NOTHING BUT NOISE: Existence Oscillation Past (2016)
Updated: Aug 29, 2019
“Existence Oscillation Past offers an album that will please for sure to lovers of sounds, of sequences and of structures evolving in a din which is enjoyable to discover”
1 レプリカ 12:30 2 Manoeuvres Mécaniques 8:39 3 Monochrome Deux 5:43 4 eXistence Oscillation 15:34 5 Dust 6:32
(CD/DDL 49:00) (V.F.)
(Ambient, Berlin-School, Experimental)
I was blown out by my discovery of Nothing But Noise and their latest album Existence Oscillation (Possible) Future. The Belgian label Wool-O-Tapes had sent me the trilogy, but I had to first chronicle the last releases in EM before tackling the foundation of the dystonic music of Daniel Bressanutti and Dirk Bergen. EXISTENCE OSCILLATION PAST is the second album of this duet resulting from the rupture of Front 242. It's also the gateway of a most creative sound trilogy where the Berlin School genre is exploited with a musical vision that exceeds the boundaries of experimental music.
A tide of keen pulsations doesn't waste time to put our ears in appetite, especially for the aficionados of sequences. The sequencer multiplies its lines of rhythms with adroitly inserted keys which end up to create a fascinating symbiosis. But we generally lose the rhythmic thread of レ プ リ カ with other additions of sequences. If a pulsating line guides an oscillating structure nourished mainly by bass sequences, other rhythmic filaments come and go with lively and jerky gusts that momentarily jostle a rhythm that is always vivid and limp slightly in it's heavy rhythmic cloak. Percussive effects, ingenious percussion effects by the way, and hail of sequences add to this mass of bounding sequences, giving a laboratory experimentation approach to this structure constantly nibbling by its multiple rhythmic tadpoles. Harmonies? There are few. Electronic effects of a developing video game act also like sequences and percussion. They fly over and peck レ プ リ カ while being more musical, especially with good orchestrations, when the music is of a relative tranquility which allows レ プ リ カ to have a more affordable approach. Mechanical Maneuvers is a dark title with stressful ambiences of a dark horror movie. The rhythm is repetitive with an ostentino action knotted by good orchestrations and deaf pulsations. These two elements plough a gloomy intensity and support a herd of electronic effects (I love this impression that a terrifying beast pretends to snore) that give even more depth to one of the most distressing structures that I've heard since a long time. A real horror movie music!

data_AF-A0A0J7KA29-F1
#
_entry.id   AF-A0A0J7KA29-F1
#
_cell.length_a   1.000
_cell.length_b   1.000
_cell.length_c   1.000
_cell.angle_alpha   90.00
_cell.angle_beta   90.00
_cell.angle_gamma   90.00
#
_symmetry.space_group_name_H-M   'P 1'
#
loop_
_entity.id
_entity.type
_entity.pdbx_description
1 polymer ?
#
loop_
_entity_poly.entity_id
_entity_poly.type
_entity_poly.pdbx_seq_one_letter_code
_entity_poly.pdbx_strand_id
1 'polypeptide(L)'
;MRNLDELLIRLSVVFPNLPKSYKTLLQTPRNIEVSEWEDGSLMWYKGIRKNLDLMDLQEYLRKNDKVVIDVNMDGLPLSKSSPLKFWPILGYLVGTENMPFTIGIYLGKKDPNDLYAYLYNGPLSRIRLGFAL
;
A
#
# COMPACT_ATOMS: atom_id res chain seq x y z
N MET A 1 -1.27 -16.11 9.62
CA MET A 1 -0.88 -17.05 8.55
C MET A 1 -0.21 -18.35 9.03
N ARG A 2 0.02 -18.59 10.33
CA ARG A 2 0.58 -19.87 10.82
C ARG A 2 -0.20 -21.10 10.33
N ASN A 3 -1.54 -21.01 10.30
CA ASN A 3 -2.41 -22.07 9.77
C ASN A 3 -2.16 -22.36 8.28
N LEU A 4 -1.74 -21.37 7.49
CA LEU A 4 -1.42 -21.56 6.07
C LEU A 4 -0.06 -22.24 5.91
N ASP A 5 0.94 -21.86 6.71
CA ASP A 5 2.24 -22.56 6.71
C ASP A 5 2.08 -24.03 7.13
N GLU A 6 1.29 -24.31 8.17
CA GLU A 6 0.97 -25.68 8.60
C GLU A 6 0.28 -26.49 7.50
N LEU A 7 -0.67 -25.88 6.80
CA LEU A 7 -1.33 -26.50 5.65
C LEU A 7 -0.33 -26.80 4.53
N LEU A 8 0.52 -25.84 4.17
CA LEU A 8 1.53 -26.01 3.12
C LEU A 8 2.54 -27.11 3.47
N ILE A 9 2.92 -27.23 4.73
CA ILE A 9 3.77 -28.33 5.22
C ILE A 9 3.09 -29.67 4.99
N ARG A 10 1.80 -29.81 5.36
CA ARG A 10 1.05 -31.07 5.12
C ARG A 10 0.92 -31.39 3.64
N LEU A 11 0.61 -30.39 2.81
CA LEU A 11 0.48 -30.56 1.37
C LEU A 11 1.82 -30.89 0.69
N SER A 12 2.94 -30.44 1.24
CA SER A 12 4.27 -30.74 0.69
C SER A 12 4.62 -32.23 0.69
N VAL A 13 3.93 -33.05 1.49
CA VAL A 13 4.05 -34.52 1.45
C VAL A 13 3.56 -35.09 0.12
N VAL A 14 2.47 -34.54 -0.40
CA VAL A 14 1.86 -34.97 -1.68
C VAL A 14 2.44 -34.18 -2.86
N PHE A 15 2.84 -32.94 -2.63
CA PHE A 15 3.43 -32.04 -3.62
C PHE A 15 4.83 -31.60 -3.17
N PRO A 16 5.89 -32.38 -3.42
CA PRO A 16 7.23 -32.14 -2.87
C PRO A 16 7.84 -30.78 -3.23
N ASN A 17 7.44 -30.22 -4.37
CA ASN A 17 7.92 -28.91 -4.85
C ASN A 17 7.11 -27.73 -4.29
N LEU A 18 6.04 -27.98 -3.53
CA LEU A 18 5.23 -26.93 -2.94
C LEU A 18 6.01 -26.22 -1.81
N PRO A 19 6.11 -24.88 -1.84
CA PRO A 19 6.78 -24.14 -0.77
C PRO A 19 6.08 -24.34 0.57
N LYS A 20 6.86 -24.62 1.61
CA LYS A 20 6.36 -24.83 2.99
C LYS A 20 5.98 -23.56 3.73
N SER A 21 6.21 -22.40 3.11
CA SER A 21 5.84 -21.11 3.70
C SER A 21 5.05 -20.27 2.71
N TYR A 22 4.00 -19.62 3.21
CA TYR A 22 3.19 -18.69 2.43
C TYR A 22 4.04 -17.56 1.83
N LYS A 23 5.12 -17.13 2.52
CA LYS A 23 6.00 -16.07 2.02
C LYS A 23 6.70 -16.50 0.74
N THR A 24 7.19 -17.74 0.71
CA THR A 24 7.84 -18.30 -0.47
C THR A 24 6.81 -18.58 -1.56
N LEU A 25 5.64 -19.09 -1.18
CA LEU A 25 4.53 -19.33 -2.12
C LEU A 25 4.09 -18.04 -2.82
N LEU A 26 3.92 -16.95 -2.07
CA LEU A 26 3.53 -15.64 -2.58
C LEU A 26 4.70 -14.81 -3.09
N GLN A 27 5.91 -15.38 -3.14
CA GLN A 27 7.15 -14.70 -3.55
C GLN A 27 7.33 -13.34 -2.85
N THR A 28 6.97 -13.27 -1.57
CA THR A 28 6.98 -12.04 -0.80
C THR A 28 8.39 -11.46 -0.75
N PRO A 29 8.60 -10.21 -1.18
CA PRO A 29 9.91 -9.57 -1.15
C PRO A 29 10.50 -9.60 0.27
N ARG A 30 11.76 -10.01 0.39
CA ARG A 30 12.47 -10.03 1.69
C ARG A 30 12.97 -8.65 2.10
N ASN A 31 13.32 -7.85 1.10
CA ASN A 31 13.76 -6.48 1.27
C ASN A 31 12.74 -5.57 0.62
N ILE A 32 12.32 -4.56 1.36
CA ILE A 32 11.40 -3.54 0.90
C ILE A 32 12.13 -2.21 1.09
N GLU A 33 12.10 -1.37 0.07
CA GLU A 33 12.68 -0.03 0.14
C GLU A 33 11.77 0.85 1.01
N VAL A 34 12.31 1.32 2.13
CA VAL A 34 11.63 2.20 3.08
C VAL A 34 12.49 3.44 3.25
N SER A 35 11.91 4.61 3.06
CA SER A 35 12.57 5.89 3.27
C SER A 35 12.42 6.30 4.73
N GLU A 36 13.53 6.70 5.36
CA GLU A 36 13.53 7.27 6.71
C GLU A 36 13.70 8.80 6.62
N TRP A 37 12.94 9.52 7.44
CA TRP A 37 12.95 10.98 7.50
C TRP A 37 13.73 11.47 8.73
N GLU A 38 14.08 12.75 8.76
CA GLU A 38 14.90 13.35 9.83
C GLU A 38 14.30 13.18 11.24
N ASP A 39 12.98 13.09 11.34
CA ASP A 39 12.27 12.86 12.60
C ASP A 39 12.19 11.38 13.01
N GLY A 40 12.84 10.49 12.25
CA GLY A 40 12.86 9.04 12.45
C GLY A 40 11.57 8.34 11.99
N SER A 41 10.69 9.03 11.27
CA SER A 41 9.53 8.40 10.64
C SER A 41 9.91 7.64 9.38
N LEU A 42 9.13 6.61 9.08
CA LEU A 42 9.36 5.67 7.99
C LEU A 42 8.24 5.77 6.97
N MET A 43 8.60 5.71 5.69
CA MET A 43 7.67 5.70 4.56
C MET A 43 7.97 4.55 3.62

Take the bass line in the introduction of Pink Floyd's One of These Days and you have the rhythmic structure of Monochrome Two. Muffled knockings are weighting down the rhythmic fluidity on what is the more musical structure in EXISTENCE OSCILLATION PAST. In addition to the oscillating decorating loops, synth pads fly with violin wings while others adopt a more rhythmic ostentino form. The envelope shows a slightly dramatic presence with somewhat dark velvets that overflow the harmonic skirt of Monochrome Two. We always stay in these glaucous moods with the introductive knocks in the opening of eXistence Oscillation. These knocks come from various oscillatory effects that spin into hypnotic tendrils while gradually adding various rhythmic imperfections, always so attractive by the way. The movement gradually intensified with percussions whose progressive shelling ended up bludgeoning a rhythm and ambiances structured by these ascending sequences in Berlin School mode. An ambiospheric phase divides a rhythmic progression always overflowing with its oscillating effects around the 7th minute. Gyratory and Spirograph effects make up the ambiences where the silence tries to take back some rights in a mini festival of sound effects. The rhythmic rebirth is in pain and in a cacophonous way with very Jean-Michel Jarre percussive effects, noisy reverberant effects and synth lavas that break up into long misshapen filaments. This is the antechamber of noises. Nothing but noises! Dust finishes this rather attractive first chapter of Nothing But Noise's oscillating structures with a more ambient one knotted in gradations at the level of sound intensity. A music of ambiances for a film like the birth of Transformer! Apart from the second half of eXistence Oscillation, EXISTENCE OSCILLATION PAST offers an album that will please to lovers of sounds, of sequences and of structures evolving in a din which is enjoyable to discover. There is as much frenzy in this album as sugar in a Coke! But I must admit that being charmed ay first by the boundless boundaries of Existence Oscillation (Possible) Future greatly facilitates the exploration of an album with some uncomfortable tints and whose early beginnings of conception find more their answers in the sequel and the third part of this trilogy which gets better with each album. I know to have experienced it! Sylvain Lupari (September 17th, 2018) ***½**
Available at Nothing But Noise Bandcamp